**Undamped Forced Vibrations**

We begin with the undamped case: . As we have done in the
Constant Coefficients: Complex Roots page, we look for a
particular solution of the form
where
. Moreover, for that equation we would
take a trial solution
(in the case where
is not a root of the characteristic equation, i.e.
).
We get
where
is the natural angular frequency of the spring-mass system
(i.e. the homogeneous system has solutions with angular frequency ).
Thus our particular solution is

When , i.e. the natural frequency of the system is higher than the frequency of the external force, we find that is in phase with the external force. Here is a picture of this: the external force is provided by moving the support of the spring up and down (the top curve), and the response is the bottom curve. In this case and . Note that the mass is up when the support is up, and down when the support is down.

Click on picture for animation.

On the other hand, when , i.e. the natural frequency is lower than the frequency of the external force, the coefficient of is negative, which means that is 180 degrees out of phase with the external force. Here is a picture of this, with and . Note that the mass is down when the support is up, and up when the support is down.

Click on picture for animation.

Of course, this is only one particular solution. For the general solution,
we must add the general solution of the homogeneous equation, obtaining

For example, consider the initial conditions ,
. A solution satisfying these initial conditions is
. We can rewrite this using a trigonometric identity:

Here is the case , , the external force coming from moving the support of the spring up and down with amplitude .

Click on picture for animation

The effect is that of an angular frequency that is the average of and , with an amplitude that varies because of the low-frequency factor . This phenomenon is known as ``beats'': in an audio signal you hear the signal grow louder and softer, dying out when is a multiple of and sounding loudest when it is an odd multiple of . This can be used to tune stringed instruments such as guitars.

**Resonance**

Our formula for the particular solution doesn't work in the case
, for which we would have in the denominator.
Instead, our methods for ``Case 2'' tell us to take a trial solution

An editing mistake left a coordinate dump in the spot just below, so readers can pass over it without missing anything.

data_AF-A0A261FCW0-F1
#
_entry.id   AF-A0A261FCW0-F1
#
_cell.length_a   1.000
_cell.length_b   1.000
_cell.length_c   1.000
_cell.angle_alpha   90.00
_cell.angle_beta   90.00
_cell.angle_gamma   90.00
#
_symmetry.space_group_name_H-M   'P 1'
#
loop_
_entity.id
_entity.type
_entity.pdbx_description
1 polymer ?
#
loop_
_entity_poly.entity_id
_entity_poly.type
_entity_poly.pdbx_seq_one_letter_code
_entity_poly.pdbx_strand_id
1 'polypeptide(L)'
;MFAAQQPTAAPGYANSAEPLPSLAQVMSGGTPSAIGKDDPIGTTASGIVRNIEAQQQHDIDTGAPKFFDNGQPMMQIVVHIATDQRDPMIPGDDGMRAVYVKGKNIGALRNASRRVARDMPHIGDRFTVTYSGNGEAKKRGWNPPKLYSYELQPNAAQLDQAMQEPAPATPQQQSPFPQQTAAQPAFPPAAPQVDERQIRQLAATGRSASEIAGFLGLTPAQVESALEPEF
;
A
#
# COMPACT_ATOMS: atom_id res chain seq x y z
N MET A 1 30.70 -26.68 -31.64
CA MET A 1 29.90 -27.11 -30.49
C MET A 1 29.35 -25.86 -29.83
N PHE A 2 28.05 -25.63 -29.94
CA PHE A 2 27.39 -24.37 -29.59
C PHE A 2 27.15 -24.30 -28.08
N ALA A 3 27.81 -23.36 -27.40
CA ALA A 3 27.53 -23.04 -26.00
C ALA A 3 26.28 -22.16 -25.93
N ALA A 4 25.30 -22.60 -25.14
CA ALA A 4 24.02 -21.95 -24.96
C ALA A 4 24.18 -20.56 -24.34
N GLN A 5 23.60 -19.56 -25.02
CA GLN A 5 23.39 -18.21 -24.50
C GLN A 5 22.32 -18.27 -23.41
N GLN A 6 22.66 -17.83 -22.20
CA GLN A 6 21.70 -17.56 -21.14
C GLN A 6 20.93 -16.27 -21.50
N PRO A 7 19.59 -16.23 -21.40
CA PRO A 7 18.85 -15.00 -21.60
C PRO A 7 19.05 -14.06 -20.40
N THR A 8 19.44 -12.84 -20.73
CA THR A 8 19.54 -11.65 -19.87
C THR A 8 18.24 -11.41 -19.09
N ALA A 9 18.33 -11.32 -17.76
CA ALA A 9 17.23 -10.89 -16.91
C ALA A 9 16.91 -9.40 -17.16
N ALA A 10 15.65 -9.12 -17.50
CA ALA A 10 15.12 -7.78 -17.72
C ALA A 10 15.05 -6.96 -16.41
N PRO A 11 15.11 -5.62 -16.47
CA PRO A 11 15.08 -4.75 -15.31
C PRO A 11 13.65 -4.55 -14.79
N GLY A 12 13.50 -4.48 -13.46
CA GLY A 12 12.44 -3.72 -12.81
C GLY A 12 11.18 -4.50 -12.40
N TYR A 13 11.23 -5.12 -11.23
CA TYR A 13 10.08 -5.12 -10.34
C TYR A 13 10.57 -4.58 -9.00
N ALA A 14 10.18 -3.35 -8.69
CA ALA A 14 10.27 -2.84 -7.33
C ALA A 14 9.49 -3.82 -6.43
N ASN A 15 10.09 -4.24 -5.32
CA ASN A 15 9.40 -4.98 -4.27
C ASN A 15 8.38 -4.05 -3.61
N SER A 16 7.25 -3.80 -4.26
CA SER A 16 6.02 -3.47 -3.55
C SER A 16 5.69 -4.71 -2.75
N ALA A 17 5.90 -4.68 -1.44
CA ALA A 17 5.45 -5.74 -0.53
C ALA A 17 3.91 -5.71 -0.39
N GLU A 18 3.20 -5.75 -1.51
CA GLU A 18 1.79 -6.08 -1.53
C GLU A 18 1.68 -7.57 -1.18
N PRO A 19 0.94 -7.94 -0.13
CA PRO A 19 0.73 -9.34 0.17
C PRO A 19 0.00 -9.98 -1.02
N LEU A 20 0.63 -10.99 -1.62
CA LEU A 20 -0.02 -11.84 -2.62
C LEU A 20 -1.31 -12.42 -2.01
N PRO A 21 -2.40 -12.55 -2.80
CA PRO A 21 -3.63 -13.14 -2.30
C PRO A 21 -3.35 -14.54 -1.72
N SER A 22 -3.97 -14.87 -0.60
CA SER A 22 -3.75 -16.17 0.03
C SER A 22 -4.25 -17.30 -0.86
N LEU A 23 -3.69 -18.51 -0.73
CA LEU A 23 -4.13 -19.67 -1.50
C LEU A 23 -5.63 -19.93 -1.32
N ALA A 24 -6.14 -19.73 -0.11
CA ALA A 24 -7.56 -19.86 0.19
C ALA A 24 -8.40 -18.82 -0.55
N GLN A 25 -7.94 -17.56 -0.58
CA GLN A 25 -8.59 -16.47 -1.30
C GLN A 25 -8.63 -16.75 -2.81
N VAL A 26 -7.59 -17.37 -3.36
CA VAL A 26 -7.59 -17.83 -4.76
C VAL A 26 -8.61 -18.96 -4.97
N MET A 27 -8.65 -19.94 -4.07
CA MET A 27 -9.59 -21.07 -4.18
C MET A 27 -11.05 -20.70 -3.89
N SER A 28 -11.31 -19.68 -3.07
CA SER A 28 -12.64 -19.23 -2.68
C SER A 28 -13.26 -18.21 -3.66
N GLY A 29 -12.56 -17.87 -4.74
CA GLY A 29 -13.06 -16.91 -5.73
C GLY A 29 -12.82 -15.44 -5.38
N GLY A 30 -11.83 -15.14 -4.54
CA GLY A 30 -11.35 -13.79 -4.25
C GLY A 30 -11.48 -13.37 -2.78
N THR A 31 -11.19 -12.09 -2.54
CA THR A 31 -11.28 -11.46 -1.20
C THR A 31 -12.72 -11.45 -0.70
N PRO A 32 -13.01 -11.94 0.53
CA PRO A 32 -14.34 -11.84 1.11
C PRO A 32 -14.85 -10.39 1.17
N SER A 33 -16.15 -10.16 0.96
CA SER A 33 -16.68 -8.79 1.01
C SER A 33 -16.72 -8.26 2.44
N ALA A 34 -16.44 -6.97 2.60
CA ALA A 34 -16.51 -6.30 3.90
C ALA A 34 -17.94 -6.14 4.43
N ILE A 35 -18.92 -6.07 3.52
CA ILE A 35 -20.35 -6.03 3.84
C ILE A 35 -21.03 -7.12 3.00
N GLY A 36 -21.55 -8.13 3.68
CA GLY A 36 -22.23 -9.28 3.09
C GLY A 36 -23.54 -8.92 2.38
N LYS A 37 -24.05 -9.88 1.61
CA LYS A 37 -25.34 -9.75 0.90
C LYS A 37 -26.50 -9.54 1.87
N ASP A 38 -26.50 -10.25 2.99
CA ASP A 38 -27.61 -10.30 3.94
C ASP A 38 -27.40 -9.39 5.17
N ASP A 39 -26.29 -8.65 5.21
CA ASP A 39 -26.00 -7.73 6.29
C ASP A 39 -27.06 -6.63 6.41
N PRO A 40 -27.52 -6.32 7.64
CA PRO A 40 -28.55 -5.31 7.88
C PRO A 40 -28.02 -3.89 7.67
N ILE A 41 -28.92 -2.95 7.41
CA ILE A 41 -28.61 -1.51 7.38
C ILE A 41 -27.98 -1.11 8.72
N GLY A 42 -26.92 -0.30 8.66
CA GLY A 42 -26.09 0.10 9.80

for
of the form
. We then get
so
our particular solution is

This happens to be the solution satisfying initial conditions . It describes an oscillation with an amplitude that grows steadily. This phenomenon is called resonance. Of course, in a real physical system the amplitude can't grow forever, and eventually the differential equation will not be valid. In many cases the reason the equation is no longer valid is that something breaks. This is why resonance is generally a bad thing.

The picture shows our spring-mass system, starting from rest, with the support moving up and down at the resonant frequency with amplitude 0.2. Eventually the mass collides with the support of the spring.

Click on picture for animation.

**Damped Forced Vibrations**

Now suppose the damping constant is positive.
Again we take
with
, and use a trial solution
. This should work since the roots of the
characteristic equation will all have negative real parts. We get

We want to write this in a polar representation where . Thus

where

For example, if , and , we have . Suppose and . We get so , , so .

Again, this is one particular solution. It is called the steady-state solution, because it represents a vibration with constant amplitude. A solution of the homogeneous equation, which we add to get any other solution, is called a transient: because of the damping, these contain a factor and go to 0 as . Thus whatever initial conditions you start with, if you wait long enough the solution will be very close to the steady state solution.

In our example, which is underdamped, and . Consider the initial conditions . The steady-state solution has and , so the transient will have and . The transient is . Here is the solution:

Click on picture for animation.

The above example had , which in an undamped system would result in being 180 degrees or radians out of phase with the external force. With damping, if we will have and , so that . If we have and again , so . Thus damping increases when (so that the maximum of the response comes after the maximum of the force) and decreases it when (so that the maximum of the response comes before the minimum of the force). When we have and .

For any given and the amplitude of the steady state solution will be less than the amplitude of the corresponding solution of the undamped system, and as the damping constant increases the amplitude will decrease (because is an increasing function of ). If you keep , and fixed and allow (and thus ) to vary, it's easy to see that the maximum amplitude will occur when .

On the other hand, if you fix , and and
allow to vary, it's not so easy to see where the maximum
amplitude will occur. To maximize the amplitude we want to minimize
. We may as well minimize
. Letting for convenience, we have
so

This is when . That is the value that yields the maximum amplitude.

Thus we have seen three effects of damping on forced vibrations:

- It causes the solutions of the homogeneous equation to die away, so that after a long enough time all you see is the steady state solution.
- It shifts the phase of the response.
- It reduces the amplitude of the response.

2002-02-17